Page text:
By Peter Margasak | Published May 2017
Piano Song has been touted as the final album pianist Matthew Shipp will release on Thirsty Ear, the New York label that’s steadily issued many of his recordings over the last 18 years—a span during which he curated the imprint’s adventurous improvised music endeavor, the Blue Series. He will continue to oversee the series going forward, but will take his own music elsewhere, so this feels like little more than an administrative shuffle.
Still, Piano Song has a valedictorian excellence—a perfect way to depart—that represents a new peak in Shipp’s lengthy career. He’s joined again by Michael Bisio, his regular bassist since 2011, with drummer Newman Taylor Baker stepping in to complete the group, lending a groove-oriented thrust on certain tracks that was absent during drummer Whit Dickey’s stint in the lineup.
On a marvel like “Cosmopolitan,” the pianist dances around a jagged but graceful theme like one of the artful boxers he so famously admires, bobbing-and-weaving, jabbing and inserting tart feints.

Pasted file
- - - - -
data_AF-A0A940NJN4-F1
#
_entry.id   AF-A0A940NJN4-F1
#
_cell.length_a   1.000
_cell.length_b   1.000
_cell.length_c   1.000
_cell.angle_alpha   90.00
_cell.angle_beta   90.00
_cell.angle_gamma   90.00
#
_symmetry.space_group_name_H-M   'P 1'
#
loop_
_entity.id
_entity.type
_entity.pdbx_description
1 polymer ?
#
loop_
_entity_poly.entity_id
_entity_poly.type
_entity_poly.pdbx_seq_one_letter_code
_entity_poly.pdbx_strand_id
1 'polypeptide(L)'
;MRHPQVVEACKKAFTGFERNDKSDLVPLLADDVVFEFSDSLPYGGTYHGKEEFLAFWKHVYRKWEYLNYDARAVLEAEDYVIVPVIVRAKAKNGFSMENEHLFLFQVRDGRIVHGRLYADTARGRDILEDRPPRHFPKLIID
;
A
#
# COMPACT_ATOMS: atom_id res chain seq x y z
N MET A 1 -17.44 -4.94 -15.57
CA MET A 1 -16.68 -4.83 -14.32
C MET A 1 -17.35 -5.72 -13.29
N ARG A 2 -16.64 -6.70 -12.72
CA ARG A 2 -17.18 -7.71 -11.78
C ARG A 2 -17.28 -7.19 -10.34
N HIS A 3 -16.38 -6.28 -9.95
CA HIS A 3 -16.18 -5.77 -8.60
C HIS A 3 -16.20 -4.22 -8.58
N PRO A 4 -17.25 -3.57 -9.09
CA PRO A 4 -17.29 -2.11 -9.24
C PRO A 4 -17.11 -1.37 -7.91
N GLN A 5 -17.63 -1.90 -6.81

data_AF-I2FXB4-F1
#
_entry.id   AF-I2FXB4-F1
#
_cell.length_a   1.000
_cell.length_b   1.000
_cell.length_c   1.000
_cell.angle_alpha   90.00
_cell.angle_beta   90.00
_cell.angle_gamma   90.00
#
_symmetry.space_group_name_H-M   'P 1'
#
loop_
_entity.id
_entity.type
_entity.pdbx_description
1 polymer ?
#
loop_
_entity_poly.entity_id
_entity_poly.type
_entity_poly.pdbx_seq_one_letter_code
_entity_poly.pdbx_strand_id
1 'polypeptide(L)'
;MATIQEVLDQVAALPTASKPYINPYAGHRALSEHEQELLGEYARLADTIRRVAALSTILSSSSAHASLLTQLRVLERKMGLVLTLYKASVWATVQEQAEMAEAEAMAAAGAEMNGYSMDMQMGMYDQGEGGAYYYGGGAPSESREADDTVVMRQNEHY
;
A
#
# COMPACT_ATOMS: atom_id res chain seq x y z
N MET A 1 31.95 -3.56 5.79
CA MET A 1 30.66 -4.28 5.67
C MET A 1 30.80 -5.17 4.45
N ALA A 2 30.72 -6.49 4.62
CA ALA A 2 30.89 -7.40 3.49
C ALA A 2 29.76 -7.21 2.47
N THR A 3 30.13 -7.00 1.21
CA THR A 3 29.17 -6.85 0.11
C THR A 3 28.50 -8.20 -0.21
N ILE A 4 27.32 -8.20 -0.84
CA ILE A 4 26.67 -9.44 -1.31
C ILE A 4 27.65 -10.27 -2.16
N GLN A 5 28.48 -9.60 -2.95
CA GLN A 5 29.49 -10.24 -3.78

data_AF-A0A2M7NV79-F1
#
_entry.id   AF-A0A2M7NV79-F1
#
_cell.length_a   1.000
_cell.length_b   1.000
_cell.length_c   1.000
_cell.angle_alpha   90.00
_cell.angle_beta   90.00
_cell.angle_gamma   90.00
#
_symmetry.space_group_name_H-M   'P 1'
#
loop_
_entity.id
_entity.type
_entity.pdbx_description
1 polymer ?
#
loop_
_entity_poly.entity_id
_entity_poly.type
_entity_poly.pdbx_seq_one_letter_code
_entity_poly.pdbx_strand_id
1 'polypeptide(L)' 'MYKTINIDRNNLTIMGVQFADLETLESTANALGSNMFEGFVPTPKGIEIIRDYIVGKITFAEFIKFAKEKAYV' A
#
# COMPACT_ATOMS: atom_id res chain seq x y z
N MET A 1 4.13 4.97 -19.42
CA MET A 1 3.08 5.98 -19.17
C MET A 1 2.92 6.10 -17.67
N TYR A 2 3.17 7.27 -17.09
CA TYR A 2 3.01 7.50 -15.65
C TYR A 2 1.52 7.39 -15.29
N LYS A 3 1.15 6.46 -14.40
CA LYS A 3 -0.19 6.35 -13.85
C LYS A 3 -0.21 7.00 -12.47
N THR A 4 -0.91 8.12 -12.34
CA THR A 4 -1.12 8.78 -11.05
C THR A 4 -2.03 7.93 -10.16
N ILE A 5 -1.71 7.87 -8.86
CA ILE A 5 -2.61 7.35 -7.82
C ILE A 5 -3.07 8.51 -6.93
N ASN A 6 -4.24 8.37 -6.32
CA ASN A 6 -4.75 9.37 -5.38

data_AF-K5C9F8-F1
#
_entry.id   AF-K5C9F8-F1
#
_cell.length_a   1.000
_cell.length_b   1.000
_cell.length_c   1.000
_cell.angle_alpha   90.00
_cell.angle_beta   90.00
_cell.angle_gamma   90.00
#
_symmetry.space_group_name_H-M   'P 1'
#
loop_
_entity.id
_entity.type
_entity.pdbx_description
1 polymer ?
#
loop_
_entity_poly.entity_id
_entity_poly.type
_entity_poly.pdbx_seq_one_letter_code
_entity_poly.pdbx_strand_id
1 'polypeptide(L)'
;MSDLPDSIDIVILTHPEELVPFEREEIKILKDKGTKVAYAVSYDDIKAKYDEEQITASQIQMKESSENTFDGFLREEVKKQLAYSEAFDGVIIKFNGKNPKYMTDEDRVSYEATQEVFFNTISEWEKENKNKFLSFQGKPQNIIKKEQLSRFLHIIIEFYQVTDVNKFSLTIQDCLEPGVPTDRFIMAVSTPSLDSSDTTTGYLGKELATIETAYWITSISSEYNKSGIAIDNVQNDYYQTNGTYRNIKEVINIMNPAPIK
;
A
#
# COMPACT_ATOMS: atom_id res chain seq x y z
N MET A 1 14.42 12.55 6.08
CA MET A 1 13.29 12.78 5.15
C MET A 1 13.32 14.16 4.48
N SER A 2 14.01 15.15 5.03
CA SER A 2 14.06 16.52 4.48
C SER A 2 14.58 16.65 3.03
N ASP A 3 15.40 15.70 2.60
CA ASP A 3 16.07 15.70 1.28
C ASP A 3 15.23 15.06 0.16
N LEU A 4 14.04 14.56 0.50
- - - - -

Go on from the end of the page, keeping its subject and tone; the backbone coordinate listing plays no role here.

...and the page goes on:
The trio hits upon a new tactic on “Blue Desert,” a minimalist exploration rooted around Baker’s imperturbable maraca pulse, while the drummer also powers “Flying Carpet” with a seductive groove that forms an exquisite tension with Shipp’s shattered-glass phrasing.
This album might be saying goodbye to a particular partnership, but musically, it feels like an exciting new beginning for one the most pre-eminent pianists of the last three decades.
Piano Song: Links; Cosmopolitan; Blue Desert; Silence Of; Flying Carpet; Scrambled Brain; Microwave; Mind Space; Void Of Sea; The Nature Of; Gravity Point; Piano Song. (58:35)
Personnel: Matthew Shipp, piano; Michael Bisio, bass; Newman Taylor Baker, drums.